Several months later, after believing they’d fixed the problems, they rode the external elevator of One World Trade Center to the very top and had to climb even higher to the peak of the spire.
The result is remarkable; the resolution is so crisp that you can zoom in and see children playing at a playground, boats zooming through the river, and the very edges of Manhattan Island.
Go to full article: The Making of the One World Trade Center Interactive Panorama (Video)
Posted: 13 Mar 2014 11:59 AM PDT
It’s a common habit among photographers to always make a point to carry a camera around for those “just in case” moments. Many great photographs were captured this way and the image below is no exception. The photographer, based in the Netherlands, took the shot just as the sun was receding into the plane to create the stunning image:
Using a Canon 650D and a Sigma 18-35mm, the photographer says he was enamored with the dramatic feel of the sky and took that into consideration when selecting the composition. He says the only editing he added to the image was a slight increase in clarity and contrast.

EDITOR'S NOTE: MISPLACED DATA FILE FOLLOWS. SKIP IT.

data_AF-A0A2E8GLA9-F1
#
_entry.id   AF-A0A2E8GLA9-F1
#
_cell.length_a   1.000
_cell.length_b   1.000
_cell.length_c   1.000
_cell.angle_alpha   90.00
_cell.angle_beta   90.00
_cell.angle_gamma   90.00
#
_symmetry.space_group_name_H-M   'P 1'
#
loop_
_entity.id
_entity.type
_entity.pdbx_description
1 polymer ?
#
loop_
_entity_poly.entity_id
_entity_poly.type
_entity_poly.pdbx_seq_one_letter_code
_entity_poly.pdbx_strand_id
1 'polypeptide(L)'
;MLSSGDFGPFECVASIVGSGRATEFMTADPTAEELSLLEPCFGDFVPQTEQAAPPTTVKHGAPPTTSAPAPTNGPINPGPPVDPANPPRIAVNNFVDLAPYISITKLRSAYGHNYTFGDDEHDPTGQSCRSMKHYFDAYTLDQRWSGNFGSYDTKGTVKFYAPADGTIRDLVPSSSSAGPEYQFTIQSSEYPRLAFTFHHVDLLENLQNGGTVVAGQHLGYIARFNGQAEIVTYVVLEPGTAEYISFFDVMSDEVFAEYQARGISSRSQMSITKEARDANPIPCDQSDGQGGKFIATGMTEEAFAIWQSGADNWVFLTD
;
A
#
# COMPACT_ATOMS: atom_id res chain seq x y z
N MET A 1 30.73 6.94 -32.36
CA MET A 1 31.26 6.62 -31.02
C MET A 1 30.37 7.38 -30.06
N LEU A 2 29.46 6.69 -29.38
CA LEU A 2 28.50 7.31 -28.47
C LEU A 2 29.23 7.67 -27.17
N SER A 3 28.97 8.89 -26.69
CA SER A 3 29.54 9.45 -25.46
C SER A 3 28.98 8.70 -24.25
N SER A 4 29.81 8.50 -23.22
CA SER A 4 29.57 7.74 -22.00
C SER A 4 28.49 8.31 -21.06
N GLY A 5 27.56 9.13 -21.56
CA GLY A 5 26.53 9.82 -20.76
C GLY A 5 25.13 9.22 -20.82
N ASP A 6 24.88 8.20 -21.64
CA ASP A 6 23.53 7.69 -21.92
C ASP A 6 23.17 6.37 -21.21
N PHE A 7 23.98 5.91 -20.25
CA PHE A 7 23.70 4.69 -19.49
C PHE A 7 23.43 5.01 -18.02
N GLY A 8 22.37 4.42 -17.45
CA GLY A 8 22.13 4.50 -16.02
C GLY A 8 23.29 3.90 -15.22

Posted: 13 Mar 2014 10:24 AM PDT
While most will agree that there is a point where you can over-edit your images, a little post-processing can be very beneficial. In this video, Rob guides you through the process of using Lightroom’s most basic functions. The tools he uses may only be a fraction of those available, but they are the most important, and the ones that will quickly give you much more appealing images:
The Six Most Important Editing Tools:
Although there are tons of editing tools available in Lightroom, the basic tools are all you’ll need most of the time.
For Further Training:
A popular photo editing training bundle, Super Photo Editing Skills, has just been updated to cover the new version of Lightroom (as well as the old ones). This package is very comprehensive with video tutorials, eBooks and actual presets that can help you start post-processing right away with your own photos.
It can be found here: Super Photo Editing Skills
Go to full article: Learn 6 Basic Lightroom Tools in 6 Minutes (Video)